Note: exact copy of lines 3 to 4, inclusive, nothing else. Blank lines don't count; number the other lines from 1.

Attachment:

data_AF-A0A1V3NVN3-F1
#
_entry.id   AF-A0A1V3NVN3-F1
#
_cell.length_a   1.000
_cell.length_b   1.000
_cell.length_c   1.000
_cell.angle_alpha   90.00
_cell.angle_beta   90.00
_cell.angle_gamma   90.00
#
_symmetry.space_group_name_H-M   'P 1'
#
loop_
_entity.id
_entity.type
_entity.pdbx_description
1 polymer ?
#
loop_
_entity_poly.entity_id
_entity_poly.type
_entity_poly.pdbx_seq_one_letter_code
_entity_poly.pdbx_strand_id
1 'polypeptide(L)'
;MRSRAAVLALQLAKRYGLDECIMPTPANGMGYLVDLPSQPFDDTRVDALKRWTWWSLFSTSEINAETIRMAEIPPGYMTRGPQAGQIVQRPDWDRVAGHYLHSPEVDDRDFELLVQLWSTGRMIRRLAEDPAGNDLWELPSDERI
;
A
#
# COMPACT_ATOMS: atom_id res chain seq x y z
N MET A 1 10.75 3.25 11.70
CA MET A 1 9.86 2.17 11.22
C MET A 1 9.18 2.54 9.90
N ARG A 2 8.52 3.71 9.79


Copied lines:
_entry.id   AF-A0A1V3NVN3-F1
#